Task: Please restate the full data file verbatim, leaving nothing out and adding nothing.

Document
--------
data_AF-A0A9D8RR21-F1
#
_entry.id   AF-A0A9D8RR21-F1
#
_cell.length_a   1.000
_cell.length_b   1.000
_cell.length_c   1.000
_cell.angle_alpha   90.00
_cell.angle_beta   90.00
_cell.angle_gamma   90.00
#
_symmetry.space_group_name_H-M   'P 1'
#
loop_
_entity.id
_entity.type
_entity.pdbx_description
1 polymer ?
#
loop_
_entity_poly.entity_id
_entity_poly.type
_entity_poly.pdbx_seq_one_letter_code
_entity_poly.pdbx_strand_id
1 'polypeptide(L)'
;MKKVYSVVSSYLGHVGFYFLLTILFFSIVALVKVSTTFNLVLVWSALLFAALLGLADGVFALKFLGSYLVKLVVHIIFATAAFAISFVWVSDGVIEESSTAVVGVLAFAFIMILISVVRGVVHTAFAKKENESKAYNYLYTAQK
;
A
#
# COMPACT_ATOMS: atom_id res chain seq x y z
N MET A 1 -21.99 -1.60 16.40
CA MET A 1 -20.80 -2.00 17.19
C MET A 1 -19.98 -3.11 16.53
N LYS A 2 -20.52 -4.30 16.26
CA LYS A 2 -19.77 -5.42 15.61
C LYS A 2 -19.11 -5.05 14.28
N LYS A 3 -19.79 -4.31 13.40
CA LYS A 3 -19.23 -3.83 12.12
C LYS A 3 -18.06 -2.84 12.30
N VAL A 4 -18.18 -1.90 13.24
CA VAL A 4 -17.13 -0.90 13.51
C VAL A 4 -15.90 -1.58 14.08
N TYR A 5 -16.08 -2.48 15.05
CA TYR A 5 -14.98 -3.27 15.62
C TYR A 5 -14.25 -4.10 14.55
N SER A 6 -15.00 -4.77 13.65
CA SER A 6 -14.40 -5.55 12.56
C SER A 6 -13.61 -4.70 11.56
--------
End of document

data_AF-A0A9D8RR21-F1
#
_entry.id   AF-A0A9D8RR21-F1
#
_cell.length_a   1.000
_cell.length_b   1.000
_cell.length_c   1.000
_cell.angle_alpha   90.00
_cell.angle_beta   90.00
_cell.angle_gamma   90.00
#
_symmetry.space_group_name_H-M   'P 1'
#
loop_
_entity.id
_entity.type
_entity.pdbx_description
1 polymer ?
#
loop_
_entity_poly.entity_id
_entity_poly.type
_entity_poly.pdbx_seq_one_letter_code
_entity_poly.pdbx_strand_id
1 'polypeptide(L)'
;MKKVYSVVSSYLGHVGFYFLLTILFFSIVALVKVSTTFNLVLVWSALLFAALLGLADGVFALKFLGSYLVKLVVHIIFATAAFAISFVWVSDGVIEESSTAVVGVLAFAFIMILISVVRGVVHTAFAKKENESKAYNYLYTAQK
;
A
#
# COMPACT_ATOMS: atom_id res chain seq x y z
N MET A 1 -21.99 -1.60 16.40
CA MET A 1 -20.80 -2.00 17.19
C MET A 1 -19.98 -3.11 16.53
N LYS A 2 -20.52 -4.30 16.26
CA LYS A 2 -19.77 -5.42 15.61
C LYS A 2 -19.11 -5.05 14.28
N LYS A 3 -19.79 -4.31 13.40
CA LYS A 3 -19.23 -3.83 12.12
C LYS A 3 -18.06 -2.84 12.30
N VAL A 4 -18.18 -1.90 13.24
CA VAL A 4 -17.13 -0.90 13.51
C VAL A 4 -15.90 -1.58 14.08
N TYR A 5 -16.08 -2.48 15.05
CA TYR A 5 -14.98 -3.27 15.62
C TYR A 5 -14.25 -4.10 14.55
N SER A 6 -15.00 -4.77 13.65
CA SER A 6 -14.40 -5.55 12.56
C SER A 6 -13.61 -4.70 11.56